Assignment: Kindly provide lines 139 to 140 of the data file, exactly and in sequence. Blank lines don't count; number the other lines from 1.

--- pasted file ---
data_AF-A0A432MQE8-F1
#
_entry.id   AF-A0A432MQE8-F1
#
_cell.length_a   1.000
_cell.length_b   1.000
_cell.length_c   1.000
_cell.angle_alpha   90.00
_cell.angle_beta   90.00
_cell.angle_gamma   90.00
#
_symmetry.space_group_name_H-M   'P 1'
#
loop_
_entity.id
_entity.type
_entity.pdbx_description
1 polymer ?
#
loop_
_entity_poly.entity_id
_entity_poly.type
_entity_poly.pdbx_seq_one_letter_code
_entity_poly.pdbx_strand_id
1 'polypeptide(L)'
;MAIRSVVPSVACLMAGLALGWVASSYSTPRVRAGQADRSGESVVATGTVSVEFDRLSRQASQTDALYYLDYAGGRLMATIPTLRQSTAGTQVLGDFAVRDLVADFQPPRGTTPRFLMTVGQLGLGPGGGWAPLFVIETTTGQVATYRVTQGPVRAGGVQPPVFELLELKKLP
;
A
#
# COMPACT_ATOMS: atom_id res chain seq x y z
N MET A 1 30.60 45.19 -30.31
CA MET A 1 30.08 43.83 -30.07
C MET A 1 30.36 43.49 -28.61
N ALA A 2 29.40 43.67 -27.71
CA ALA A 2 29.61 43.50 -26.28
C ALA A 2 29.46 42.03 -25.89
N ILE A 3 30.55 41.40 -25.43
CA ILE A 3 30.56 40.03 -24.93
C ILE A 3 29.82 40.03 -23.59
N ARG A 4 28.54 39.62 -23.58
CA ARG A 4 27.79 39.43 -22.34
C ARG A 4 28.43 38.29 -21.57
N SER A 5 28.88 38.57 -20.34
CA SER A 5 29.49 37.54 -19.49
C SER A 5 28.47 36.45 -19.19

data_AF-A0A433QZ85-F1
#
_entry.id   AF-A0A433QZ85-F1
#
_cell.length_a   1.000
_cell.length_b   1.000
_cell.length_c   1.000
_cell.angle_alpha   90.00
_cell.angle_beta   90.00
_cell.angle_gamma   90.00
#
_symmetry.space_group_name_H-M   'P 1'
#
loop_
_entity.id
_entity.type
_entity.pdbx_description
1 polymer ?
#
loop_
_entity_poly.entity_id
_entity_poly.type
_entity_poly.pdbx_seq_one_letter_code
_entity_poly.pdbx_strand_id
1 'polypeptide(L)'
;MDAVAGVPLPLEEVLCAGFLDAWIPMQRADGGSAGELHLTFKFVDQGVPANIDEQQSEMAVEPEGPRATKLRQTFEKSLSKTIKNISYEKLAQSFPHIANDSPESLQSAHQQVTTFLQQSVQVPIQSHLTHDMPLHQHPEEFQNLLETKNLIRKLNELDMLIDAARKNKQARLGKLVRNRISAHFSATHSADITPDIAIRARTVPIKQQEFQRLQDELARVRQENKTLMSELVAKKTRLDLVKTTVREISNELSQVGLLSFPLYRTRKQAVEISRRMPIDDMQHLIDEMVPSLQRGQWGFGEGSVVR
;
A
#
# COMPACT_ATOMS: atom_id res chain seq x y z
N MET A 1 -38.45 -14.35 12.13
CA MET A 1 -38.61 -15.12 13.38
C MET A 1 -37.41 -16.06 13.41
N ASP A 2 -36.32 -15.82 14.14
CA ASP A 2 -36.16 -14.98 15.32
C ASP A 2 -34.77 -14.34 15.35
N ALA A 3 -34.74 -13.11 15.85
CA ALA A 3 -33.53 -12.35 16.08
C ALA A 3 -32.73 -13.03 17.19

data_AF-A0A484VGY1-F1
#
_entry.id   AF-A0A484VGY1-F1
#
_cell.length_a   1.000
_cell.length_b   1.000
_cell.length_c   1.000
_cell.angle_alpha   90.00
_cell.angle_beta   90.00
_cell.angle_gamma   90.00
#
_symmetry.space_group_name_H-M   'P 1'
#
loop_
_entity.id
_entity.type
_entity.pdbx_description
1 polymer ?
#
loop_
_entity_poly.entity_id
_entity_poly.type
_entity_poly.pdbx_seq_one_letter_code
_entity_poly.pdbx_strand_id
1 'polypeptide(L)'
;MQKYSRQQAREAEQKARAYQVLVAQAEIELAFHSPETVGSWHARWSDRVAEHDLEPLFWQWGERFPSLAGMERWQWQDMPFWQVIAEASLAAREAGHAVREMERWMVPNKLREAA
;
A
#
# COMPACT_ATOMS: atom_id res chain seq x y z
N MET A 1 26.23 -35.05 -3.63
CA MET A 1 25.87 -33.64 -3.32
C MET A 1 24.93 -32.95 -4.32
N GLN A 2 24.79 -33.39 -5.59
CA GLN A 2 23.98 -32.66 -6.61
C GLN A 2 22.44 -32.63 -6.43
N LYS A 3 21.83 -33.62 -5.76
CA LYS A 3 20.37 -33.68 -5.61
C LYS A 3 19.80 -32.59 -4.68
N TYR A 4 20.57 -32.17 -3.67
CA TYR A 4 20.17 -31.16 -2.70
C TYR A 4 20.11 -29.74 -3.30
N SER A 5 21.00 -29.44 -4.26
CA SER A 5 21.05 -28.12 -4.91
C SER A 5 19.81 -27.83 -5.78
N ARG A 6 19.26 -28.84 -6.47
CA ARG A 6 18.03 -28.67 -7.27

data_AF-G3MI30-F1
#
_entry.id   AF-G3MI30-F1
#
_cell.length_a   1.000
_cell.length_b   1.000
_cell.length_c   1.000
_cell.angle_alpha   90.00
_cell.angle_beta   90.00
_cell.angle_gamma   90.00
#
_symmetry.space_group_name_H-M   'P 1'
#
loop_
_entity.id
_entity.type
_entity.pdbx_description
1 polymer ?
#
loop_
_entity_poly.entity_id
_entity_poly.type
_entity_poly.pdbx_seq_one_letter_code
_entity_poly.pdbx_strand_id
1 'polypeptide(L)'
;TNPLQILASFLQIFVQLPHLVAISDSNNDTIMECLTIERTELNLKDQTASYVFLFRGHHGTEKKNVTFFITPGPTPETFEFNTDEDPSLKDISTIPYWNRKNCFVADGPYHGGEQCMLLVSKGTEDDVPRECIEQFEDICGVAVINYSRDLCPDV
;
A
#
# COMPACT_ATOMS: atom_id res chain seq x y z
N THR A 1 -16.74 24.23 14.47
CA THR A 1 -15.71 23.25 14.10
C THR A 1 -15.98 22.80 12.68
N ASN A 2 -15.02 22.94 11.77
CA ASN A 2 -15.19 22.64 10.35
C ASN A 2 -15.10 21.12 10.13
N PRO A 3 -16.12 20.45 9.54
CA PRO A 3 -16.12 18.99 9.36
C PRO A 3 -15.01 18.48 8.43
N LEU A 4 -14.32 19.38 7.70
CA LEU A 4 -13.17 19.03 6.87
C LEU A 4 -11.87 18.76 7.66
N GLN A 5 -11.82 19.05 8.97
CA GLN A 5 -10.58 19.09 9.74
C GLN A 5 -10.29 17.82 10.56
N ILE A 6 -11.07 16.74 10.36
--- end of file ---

_cell.angle_alpha   90.00
_cell.angle_beta   90.00